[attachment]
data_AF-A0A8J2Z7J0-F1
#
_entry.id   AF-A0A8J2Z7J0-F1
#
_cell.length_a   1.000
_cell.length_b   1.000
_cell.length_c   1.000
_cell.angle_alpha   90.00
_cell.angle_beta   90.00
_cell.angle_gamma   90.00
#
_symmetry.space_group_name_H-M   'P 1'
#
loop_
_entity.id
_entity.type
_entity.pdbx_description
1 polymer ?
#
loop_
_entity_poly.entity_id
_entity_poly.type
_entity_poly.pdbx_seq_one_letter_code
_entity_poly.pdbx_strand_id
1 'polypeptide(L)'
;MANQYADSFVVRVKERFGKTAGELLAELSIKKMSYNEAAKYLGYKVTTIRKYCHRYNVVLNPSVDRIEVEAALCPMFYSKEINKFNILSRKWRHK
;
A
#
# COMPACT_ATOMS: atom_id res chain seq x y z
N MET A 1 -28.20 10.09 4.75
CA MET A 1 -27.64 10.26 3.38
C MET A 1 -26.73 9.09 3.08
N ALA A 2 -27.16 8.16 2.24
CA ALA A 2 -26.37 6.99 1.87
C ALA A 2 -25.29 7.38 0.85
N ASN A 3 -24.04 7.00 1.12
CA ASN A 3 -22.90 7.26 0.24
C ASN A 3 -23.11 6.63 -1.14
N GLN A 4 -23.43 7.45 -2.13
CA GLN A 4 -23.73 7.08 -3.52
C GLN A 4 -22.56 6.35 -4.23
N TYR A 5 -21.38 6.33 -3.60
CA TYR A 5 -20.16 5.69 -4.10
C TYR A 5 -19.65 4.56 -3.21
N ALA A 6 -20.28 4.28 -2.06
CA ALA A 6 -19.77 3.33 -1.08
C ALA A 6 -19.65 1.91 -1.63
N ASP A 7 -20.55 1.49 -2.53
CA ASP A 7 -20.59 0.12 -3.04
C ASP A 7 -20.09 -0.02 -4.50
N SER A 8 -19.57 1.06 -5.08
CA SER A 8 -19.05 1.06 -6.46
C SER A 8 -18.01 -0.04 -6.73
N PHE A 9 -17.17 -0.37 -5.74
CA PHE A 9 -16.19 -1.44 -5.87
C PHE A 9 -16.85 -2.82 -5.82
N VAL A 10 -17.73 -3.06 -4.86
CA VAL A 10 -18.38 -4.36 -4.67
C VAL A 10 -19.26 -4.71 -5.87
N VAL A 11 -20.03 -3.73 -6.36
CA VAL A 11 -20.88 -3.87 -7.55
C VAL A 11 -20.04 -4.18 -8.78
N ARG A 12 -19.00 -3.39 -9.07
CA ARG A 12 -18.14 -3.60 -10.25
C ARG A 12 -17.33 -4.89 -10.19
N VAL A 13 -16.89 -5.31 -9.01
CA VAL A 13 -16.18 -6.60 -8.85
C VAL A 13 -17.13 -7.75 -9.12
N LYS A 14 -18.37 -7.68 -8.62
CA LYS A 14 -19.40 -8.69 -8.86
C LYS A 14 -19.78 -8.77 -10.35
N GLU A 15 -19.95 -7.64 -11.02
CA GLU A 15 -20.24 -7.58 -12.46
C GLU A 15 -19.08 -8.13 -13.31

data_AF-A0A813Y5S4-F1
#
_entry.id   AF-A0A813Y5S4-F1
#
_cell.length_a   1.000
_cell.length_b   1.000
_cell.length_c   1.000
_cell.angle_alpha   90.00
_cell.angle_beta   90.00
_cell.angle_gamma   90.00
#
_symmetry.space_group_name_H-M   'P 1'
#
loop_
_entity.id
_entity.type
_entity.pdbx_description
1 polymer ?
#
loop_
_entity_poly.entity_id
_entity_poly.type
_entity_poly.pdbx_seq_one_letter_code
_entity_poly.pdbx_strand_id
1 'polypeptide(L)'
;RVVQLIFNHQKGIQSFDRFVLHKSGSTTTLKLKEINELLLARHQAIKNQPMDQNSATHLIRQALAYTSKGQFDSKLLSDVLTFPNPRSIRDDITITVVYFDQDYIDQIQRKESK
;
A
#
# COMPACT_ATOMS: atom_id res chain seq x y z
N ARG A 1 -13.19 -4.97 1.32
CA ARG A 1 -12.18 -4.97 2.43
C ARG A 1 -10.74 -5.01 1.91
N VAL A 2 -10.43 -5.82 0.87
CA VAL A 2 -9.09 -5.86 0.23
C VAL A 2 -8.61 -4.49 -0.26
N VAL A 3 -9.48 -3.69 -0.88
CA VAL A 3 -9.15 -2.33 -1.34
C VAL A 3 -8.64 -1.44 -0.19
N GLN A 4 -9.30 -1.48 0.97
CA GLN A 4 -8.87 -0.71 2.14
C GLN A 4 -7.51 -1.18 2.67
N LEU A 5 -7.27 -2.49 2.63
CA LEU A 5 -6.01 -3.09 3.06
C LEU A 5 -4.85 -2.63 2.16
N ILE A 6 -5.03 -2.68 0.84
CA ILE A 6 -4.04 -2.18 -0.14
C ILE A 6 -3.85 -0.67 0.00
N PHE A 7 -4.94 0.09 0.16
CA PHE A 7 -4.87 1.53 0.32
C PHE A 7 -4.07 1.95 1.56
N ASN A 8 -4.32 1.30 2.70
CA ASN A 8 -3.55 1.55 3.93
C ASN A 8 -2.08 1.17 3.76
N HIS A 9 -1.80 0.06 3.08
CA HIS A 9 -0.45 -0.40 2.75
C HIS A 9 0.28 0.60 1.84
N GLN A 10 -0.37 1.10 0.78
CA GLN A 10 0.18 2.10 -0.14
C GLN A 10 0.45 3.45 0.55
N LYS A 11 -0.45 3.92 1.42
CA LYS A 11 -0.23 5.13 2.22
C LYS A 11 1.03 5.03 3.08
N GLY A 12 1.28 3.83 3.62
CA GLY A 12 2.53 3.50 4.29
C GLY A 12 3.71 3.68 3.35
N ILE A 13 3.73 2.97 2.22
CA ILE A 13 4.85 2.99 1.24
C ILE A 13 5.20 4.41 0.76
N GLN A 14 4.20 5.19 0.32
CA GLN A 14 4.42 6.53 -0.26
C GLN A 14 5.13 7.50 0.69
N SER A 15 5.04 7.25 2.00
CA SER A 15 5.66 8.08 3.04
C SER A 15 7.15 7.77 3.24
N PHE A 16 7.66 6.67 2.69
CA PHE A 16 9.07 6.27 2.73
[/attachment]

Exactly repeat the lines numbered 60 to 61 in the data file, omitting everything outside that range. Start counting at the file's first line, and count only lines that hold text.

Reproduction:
C VAL A 10 -19.26 -4.71 -5.87
N VAL A 11 -20.03 -3.73 -6.36